He most admires Clarence Streit, the newspaperman who in 1938 came up with the idea of a Federal Union of the free peoples of the globe, and Grenville Clark, the New Hampshire lawyer who for decades campaigned for some form of limited world government and proposed plans to strengthen the United Nations.

The idea of world cooperation has made some steps, notably in Europe. The European Union, whatever its weaknesses, has achieved more than many skeptics thought possible 50 years ago. The idea of a Europe with a common currency would once have seemed preposterous, but that has been achieved along with much more, including laws that put restrictions on national fiscal practices. The chances of another war between Germany and France are nil. That is a notable accomplishment.

The high point in global political possibilities probably came in 1946 when the United States proposed the Baruch Plan for the control of nuclear weapons. It was in many respects an imaginative and far-reaching idea, but it would have effectively prevented the Soviet Union or any other country from developing their own nuclear weapons, and Joseph Stalin was too paranoid to accept such restrictions.

It was not long before the Cold War and the arms race began. By the late 1950s, American school children were being drilled in preparations for nuclear war by diving under their desks when the alarm bells rang.

Could all that have been avoided? Who knows? The end of the Cold War came with the collapse of the Soviet Union after 30 years of confrontation, some of it dangerous.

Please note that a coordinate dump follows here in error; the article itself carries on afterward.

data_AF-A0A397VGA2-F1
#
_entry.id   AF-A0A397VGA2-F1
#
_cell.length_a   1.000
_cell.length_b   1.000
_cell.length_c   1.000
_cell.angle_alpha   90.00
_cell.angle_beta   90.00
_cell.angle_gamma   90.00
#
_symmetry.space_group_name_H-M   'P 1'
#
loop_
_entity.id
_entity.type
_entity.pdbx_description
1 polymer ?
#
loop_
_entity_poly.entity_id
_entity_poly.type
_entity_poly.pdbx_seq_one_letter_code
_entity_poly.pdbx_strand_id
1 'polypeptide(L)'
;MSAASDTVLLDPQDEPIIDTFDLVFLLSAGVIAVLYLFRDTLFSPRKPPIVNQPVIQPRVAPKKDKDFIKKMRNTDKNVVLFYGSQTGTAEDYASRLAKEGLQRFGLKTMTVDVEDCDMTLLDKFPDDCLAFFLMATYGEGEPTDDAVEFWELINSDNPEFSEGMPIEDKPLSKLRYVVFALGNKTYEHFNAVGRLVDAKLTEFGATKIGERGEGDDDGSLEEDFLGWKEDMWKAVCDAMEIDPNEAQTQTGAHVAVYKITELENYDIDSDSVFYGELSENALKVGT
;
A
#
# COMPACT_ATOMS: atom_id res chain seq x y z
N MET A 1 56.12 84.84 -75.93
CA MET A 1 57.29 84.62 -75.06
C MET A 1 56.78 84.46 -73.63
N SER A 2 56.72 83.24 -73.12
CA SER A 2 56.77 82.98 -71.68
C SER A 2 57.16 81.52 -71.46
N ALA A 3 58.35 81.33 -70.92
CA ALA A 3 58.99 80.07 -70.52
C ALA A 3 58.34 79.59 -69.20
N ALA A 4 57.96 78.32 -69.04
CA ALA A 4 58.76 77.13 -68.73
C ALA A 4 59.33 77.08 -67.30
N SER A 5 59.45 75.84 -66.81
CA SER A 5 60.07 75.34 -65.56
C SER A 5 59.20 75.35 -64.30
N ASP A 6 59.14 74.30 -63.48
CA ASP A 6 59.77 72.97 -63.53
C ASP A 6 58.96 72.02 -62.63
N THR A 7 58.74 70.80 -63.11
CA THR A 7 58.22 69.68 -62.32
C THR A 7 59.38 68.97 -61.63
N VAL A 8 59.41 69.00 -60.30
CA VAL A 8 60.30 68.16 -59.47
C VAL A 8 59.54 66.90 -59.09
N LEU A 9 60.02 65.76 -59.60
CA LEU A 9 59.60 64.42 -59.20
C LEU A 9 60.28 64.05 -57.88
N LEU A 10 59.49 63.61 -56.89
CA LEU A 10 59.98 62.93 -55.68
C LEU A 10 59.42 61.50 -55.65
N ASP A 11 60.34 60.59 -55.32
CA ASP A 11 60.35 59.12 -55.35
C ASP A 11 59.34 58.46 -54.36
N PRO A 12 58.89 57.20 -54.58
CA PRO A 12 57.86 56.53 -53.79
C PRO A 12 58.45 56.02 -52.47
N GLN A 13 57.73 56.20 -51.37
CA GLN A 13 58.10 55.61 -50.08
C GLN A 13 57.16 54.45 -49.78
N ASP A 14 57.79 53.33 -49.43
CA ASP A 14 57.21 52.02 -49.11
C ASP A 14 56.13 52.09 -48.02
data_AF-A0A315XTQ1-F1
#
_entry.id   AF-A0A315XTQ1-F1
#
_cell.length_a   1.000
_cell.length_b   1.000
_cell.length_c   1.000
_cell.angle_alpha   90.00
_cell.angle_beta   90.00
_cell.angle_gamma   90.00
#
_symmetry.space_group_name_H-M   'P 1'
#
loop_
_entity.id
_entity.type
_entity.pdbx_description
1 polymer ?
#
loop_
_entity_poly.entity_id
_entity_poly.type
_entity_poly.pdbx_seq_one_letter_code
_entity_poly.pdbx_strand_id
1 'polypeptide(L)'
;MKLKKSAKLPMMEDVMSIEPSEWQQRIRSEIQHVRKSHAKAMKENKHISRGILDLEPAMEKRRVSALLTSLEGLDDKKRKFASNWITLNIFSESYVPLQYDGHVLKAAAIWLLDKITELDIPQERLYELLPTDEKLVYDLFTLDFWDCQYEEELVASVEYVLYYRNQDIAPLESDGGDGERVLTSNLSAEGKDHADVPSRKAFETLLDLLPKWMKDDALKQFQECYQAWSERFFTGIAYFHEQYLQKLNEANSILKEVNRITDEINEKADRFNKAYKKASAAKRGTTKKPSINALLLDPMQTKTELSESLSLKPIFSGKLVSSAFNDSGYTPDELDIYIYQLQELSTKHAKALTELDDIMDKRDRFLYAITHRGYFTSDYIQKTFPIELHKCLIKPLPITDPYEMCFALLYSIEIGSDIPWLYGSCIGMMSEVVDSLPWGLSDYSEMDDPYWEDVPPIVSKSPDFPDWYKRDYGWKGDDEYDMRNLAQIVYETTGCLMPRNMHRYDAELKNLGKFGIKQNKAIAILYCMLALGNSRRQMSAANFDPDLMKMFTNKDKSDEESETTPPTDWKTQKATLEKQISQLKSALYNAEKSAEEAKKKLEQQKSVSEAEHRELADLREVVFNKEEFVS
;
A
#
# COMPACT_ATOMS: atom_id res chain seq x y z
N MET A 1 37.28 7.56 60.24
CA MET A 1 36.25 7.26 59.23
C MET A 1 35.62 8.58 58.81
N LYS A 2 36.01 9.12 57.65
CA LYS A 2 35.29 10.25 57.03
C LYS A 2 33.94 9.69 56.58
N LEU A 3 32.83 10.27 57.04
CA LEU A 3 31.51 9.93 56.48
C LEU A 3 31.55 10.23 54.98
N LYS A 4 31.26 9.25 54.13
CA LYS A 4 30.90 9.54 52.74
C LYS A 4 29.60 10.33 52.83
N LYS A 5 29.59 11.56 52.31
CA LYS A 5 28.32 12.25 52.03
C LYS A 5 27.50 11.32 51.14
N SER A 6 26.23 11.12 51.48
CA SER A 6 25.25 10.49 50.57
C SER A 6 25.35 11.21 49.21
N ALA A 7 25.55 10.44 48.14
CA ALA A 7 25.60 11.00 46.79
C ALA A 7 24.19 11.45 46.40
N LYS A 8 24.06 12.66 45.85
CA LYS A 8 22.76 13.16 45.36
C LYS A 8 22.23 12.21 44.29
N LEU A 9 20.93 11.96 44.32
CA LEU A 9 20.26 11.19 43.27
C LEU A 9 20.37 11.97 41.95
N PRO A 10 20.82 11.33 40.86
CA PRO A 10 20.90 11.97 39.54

Mr. Baratta has written something more than a chronicle of world government efforts. He is not an impartial observer. His text has many references to lost opportunities, and initiatives born too late. He obviously feels that the big nations missed out on many chances to achieve agreements that would have strengthened the chances for peace in the world.

This leads him to a surprisingly favorable view of Henry Wallace, vice president from 1939 to 1941, who broke with President Harry Truman and ran for president in 1948 on a Progressive ticket favoring world government of some sort. His attacks on the Cold War policies of the Truman administration won the approval of the Kremlin, and many of his stoutest supporters were communists and left-wingers of various sorts.

That has left Mr. Wallace with a reputation as a communist dupe, but Mr. Baratta thinks of him as a man basically correct but ahead of his time. Not all will agree.

Fifty years ago, many people, including some in high places, thought that a nuclear war was inevitable. It hasn’t happened yet, and if it does it probably won’t be started by a major nation. The situation today is more complex, with terrorists playing a major role.

Would a strengthened United Nations be able to deal with the kind of problems — Ruanda, the Balkans, Liberia, al-Qaida, etc. — that the world faces today? It may be our only chance.

As Mr. Baratta notes: “The world now is faced by a massive crisis, symbolized by the threat of nuclear war, economic depression, ecological collapse, new pandemics, terrorists … and all the problems of the global problematique ….We hope this book will offer the pilots of the future some charts to steer by. World federation offers a positive vision of peace.”

This book also reminds us of how much the world needs visionaries.

Albert B. Southwick’s column appears regularly in the Sunday Telegram.